By Howard Marano and Michael Conathan
For the moment at least, the U.S. offshore wind industry has a new capital: Annapolis. By an 88 to 48 vote, the Maryland House of delegates handed Governor Martin O’Malley one of his most desired legislative victories — enactment of a bill that would earmark $1.7 billion for development of a wind farm in federal waters off Maryland’s coast, with the funding coming from up to a $1.50 monthly surcharge on consumers’ electricity bills. The bill, which passed the Senate earlier this month now heads to the Governor’s desk for signature into law.
The Maryland Offshore Wind Energy Act of 2013 has been one of O’Malley’s top goals for years, as he’s sought to take advantage of Maryland’s expanse of shallow water, its “outstanding” wind resources, and its existing industrial infrastructure — all of which make Maryland an ideal place for offshore wind.
Despite these prime features, development of offshore wind in Maryland, as in the rest of the country, has been a long time coming. In two previous legislative sessions O’Malley attempted unsuccessfully to shepherd his bill though the legislature, demonstrating the political hurdles standing in the way of development even in an environmentally friendly state. At first, opponents were able to torpedo the bill due to its cost. Then when proponents lowered the price cap to $1.50 in 2012, political wrangling sunk the bill as the clock expired on the legislative session.
Since O’Malley’s bill was first introduced in Maryland, the American onshore wind industry has seen tremendous growth. In fact, with the installation of 13,000 megawatts of new capacity, 2012 was a banner year for wind in the U.S. In contrast, not a single wind turbine has been installed off America’s coasts in that time. While the offshore wind industry in the U.S. has struggled to overcome financial, political, and bureaucratic hurdles, offshore wind in Europe and Asia has continued to expand. Maryland’s Offshore Wind Energy Act is meant to help reverse that trend.
Like its predecessors, the current bill would require that, within Maryland’s renewable energy portfolio standard program, a certain percentage of electricity be supplied by offshore wind starting in 2017. In order to protect consumers from excessive rate increases resulting from the higher costs of wind energy production, the bill creates a “window of maximum rate impacts for both residential and nonresidential electric customers.” Currently, this would amount to $1.50 per month for a household and a monthly surcharge of 1.5 percent for businesses. The new law is the first of its kind requiring direct subsidies from ratepayers, and was made politically palatable by a 2013 poll showing 72 percent of Maryland residents would be willing to pay $2 more per month for their electricity bills to develop an offshore wind industry.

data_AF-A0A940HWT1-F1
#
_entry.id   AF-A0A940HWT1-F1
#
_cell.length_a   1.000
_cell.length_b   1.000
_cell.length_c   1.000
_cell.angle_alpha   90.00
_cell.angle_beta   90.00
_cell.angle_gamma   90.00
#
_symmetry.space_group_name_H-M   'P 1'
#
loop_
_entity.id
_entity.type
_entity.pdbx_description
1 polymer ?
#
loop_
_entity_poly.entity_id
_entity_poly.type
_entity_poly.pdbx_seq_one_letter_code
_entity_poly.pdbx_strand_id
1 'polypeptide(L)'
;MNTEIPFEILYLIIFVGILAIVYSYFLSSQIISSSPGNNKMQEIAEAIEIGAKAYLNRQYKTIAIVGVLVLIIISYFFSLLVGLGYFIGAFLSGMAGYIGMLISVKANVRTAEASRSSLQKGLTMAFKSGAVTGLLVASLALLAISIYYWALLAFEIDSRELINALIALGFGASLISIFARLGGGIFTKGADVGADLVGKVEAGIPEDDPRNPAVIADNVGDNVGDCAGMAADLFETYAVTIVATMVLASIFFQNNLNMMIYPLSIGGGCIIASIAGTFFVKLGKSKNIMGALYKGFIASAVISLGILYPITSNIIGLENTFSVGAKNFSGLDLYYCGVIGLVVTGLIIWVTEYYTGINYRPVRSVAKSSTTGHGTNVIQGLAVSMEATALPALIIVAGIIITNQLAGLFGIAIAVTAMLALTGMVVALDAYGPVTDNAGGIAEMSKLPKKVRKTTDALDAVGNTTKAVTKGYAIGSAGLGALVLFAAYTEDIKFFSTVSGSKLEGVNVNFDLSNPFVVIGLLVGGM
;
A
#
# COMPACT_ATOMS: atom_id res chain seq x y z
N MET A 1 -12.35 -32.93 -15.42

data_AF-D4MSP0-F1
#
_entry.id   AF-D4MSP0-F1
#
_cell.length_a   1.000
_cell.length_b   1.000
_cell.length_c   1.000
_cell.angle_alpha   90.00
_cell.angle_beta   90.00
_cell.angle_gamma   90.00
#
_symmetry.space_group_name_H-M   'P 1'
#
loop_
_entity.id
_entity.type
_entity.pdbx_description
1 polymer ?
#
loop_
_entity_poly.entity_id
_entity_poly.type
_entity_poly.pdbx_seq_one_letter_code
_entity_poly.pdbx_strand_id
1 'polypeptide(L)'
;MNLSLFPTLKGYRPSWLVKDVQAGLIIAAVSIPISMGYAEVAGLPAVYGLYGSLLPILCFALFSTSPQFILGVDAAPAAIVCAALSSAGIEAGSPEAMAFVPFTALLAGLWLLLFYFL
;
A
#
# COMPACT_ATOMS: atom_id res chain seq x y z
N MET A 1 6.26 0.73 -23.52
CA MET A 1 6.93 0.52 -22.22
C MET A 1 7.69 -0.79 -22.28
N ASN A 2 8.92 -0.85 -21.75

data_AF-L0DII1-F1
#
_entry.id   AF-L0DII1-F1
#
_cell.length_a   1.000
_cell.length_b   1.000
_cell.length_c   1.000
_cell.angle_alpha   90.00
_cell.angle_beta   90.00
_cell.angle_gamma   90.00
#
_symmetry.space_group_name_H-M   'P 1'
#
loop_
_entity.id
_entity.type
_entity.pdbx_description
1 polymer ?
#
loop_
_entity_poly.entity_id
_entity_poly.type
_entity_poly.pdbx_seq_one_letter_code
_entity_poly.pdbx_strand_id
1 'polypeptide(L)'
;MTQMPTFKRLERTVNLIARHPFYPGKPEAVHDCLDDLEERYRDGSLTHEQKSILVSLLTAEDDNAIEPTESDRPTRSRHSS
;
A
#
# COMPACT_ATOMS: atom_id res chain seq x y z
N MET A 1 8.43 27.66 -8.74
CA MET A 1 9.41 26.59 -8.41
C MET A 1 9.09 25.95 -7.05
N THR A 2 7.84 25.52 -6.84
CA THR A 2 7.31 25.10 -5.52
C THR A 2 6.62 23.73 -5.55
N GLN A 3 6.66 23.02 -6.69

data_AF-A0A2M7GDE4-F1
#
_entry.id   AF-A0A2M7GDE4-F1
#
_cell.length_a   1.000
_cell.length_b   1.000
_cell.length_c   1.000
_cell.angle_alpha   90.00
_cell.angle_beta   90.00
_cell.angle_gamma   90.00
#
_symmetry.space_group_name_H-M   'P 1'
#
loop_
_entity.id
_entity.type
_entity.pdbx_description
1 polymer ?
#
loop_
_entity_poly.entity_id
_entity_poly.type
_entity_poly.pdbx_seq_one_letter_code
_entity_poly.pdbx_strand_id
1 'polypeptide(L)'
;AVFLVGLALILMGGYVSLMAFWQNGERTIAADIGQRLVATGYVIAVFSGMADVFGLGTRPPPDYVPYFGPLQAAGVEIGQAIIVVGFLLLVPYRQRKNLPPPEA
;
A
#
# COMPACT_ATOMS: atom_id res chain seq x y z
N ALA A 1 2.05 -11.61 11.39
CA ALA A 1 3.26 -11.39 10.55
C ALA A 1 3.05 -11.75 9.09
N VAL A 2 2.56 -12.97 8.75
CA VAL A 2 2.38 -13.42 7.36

The benefits of offshore wind in Maryland would still be substantial. The Governor’s office estimates the project would create 850 construction jobs and 160 supply and operation and maintenance jobs. According to an analysis completed by the Maryland Department of Business and Economic Development, a 200 megawatt project would create $1.3 billion in economic activity over a five year period, generating $5.6 million in state tax revenue. And data from the National Academy of Sciences suggests Maryland stands to gain $17 million in annual public health benefits as a result of reduced fossil fuel use for electricity production.
The return on investment from any first-in-class offshore wind project will be just the tip of the iceberg. The Center for American Progress released a report in February detailing the overall benefits of developing a commercial scale offshore wind industry in the U.S. The report found that the investment required to develop an offshore wind industry would be far less than the federal government has spent on subsidizing fossil fuel industries, and that the cost to ratepayers could be as low as $0.25 per month.
While passage of the Maryland Offshore Wind Energy Act represents a victory for advocates of offshore wind, substantial obstacles still remain. Concessions made to secure the bill’s passage have caused industry analysts to warn that any project will be reliant on additional tax incentives to become profitable. Even Governor O’Malley has recognized this concern at a press conference, saying “I don’t believe any one state can do this by itself.”
Fortunately, Maryland won’t have to act on its own. Under President Obama, the Department of Energy has prioritized offshore wind, pursuing its “Smart from the Start” program that has already identified wind energy areas off the coasts of several northeast and mid-Atlantic states. And just last week, the Bureau of Ocean Energy Management announced the latest step in granting the Commonwealth of Virgina a research lease for a wind energy area off its coast. Even Congress has gotten into the act, passing a one-year extension of key tax credits that move the industry a step closer to offshore wind production.
From Denmark to China, other countries have already realized the benefits of generating electricity from strong, consistent offshore winds and revitalizing sagging coastal economies. O’Malley’s legislation is an excellent step forward on both counts for his state and for the country.
Howard Marano is an intern with the Ocean Program and Michael Conathan is Director of Ocean Policy at the Center for American Progress.